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Ryan Howard Rumors
FRIDAY: Phillies GM Ruben Amaro Jr. “emphatically” denied reports suggesting that the team was considering a release of Howard, writes CSNPhilly.com’s Jim Salisbury. “That is not something we are contemplating,” Amaro told Salisbury. “I don’t know where that’s coming from.” Later in the interview, Amaro repeated that releasing Howard “has not been a thought” and added that Howard “should have no concerns” about being released.
Amaro did note that a platoon situation was a possibility if it improved the club’s production, but he said his real hope was to get Howard’s bat back on track. “I don’t expect him to be the Ryan Howard of 2006, 2007, 2008,” said Amaro. “What we expect is him to perform better than he is. I know he’s a better player than this.”
THURSDAY: Jon Heyman of CBSSports.com has some additional details on Philadelphia’s efforts to deal Howard. The club has shopped him, indicating that it would eat “much or most” of his remaining salary. Rival executives say that Philly is working hard to line up a match.
As Heyman notes, an American League team would seem most likely to add the former MVP, and two GMs told him yesterday that Howard was probably worth between $3MM and $5MM annually at this point. (Though presumably that does not mean that a multi-year commitment at that price would be desirable.)
WEDNESDAY: As his struggles worsen, the Phillies have had internal discussions about releasing one-time star first baseman Ryan Howard after the season, reports Jim Salisbury of CSNPhilly.com. Howard is owed the rest of his $25MM salary this season and comes with $60MM in future guarantees.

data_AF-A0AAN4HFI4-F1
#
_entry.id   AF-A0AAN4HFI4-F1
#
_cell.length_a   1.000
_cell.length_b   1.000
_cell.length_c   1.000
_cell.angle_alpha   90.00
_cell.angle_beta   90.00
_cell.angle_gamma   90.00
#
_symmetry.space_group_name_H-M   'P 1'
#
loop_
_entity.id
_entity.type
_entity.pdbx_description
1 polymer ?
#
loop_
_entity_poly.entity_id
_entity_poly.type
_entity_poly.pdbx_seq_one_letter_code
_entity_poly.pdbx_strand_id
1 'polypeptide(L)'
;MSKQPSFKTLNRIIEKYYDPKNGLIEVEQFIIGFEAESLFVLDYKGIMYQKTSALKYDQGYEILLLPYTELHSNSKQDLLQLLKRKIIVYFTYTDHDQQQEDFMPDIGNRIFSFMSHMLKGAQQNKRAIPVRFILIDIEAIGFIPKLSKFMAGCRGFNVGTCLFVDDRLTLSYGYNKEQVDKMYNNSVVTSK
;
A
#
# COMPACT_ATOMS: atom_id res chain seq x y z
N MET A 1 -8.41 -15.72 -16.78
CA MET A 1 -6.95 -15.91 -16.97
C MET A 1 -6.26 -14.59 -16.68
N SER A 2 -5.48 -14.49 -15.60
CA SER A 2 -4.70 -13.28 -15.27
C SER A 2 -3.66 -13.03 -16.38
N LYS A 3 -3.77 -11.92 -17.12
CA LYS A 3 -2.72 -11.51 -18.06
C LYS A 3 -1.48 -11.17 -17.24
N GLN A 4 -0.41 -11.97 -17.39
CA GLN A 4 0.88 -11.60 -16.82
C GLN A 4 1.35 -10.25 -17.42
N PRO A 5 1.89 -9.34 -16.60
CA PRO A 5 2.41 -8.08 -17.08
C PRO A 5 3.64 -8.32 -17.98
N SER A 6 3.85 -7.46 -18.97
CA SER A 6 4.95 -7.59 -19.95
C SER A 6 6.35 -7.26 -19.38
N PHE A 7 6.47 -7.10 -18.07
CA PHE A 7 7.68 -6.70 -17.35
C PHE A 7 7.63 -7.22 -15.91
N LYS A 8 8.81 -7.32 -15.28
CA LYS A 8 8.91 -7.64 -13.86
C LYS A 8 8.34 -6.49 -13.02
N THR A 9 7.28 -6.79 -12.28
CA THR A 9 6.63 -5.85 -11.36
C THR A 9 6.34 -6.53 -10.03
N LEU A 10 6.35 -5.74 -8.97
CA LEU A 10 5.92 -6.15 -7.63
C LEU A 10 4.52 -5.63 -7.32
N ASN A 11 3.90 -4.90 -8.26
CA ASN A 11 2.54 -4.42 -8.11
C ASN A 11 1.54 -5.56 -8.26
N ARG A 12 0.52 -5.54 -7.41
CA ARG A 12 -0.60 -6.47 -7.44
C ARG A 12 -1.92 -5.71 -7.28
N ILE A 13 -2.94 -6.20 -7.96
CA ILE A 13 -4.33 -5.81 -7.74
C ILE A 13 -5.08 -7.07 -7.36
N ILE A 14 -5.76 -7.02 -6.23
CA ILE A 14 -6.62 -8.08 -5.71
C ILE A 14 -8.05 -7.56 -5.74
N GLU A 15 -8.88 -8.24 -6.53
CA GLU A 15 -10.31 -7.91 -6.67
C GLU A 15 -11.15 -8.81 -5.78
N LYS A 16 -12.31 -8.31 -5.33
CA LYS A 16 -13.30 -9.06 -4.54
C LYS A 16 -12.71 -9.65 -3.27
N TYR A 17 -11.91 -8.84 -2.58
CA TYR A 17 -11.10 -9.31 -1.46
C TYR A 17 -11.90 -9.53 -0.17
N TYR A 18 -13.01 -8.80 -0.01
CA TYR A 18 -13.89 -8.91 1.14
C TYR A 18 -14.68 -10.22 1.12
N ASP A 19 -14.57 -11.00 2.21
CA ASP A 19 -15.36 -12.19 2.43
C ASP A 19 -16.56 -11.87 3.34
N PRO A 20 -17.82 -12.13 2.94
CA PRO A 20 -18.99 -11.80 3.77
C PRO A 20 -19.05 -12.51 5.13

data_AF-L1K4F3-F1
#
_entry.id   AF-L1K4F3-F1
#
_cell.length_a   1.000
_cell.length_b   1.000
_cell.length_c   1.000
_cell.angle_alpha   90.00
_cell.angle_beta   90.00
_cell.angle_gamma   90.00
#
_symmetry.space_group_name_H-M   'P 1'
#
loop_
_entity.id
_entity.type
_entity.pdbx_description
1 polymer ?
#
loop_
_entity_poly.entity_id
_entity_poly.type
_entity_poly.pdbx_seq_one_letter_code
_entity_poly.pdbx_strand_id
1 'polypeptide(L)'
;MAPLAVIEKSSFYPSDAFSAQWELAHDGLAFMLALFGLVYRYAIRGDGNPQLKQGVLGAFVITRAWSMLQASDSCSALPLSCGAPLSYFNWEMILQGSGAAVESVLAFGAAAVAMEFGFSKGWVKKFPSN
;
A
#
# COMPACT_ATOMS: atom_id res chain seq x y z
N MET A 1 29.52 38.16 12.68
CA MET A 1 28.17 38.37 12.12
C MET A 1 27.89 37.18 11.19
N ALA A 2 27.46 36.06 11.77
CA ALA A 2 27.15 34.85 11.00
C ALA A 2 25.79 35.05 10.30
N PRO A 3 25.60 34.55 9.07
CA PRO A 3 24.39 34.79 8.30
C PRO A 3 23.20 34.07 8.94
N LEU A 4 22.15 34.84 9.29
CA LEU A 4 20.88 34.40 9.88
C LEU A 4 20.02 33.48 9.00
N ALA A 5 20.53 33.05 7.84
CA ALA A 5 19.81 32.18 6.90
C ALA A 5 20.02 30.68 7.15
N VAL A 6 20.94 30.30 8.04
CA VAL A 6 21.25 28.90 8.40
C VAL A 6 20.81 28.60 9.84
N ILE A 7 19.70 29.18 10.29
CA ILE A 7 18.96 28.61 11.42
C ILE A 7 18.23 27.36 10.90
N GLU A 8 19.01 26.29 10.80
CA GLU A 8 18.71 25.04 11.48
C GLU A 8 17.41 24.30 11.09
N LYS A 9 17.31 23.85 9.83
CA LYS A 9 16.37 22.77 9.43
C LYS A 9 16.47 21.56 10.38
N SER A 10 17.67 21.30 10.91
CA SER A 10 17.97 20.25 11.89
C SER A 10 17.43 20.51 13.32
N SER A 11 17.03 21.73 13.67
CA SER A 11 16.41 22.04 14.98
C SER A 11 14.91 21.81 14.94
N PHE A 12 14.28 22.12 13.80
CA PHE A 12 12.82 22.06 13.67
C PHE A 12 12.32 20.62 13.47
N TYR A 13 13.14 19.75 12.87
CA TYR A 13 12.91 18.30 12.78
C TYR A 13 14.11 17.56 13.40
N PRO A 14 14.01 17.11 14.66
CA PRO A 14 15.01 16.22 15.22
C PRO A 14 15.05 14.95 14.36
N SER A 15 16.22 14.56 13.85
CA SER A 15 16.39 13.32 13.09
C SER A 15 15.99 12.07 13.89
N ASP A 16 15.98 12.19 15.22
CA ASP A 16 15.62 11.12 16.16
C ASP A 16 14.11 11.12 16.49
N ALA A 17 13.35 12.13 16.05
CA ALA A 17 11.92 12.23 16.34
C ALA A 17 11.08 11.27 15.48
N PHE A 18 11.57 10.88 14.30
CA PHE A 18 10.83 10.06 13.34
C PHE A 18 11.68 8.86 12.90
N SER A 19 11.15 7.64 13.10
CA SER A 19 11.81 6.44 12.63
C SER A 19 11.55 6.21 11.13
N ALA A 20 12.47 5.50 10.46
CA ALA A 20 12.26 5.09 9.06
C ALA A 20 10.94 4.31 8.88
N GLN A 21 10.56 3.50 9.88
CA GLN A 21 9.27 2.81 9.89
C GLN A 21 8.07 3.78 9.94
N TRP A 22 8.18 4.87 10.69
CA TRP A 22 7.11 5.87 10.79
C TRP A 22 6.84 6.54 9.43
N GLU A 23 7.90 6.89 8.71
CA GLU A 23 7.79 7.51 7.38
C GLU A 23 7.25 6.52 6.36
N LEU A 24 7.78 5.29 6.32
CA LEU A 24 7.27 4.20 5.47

It does not appear that the club has reached any finality in regards to Howard’s future. The possibility of a trade has been explored, but Philadelphia has not found another club interested in taking on any substantial part of Howard’s contract. That is not surprising, of course, given that the 34-year-old is slashing a career-low .224/.305/.377 through 417 plate appearances on the year.
Now, with Howard’s decline becoming more pronounced, Philadelphia appears set to give more playing time to younger first base option Darin Ruf, who was recalled today. Manager Ryne Sandberg did not call it a platoon situation, but suggested as much. “As far as the lineup, that will be a day-to-day thing,” he said. “I think it’s important to see what a guy like Darin Ruf can do also going forward,” the skipper added.
Howard signed his extension at the start of the 2010 season, coming off of a four-year run in which he put up a composite .278/.379/.589 line and hit 198 home runs. Though he continued to produce at an above-average clip at the plate for two more seasons, things began to head south when he tore his Achilles tendon while making the last out of the team’s Game 5 loss in the 2011 NLDS. (That, of course, was also the Phils’ most recent postseason game.) Since that time, Howard — long considered a substandard fielder and baserunner — has mustered only 917 trips to the plate and owns an OPS that falls below league average.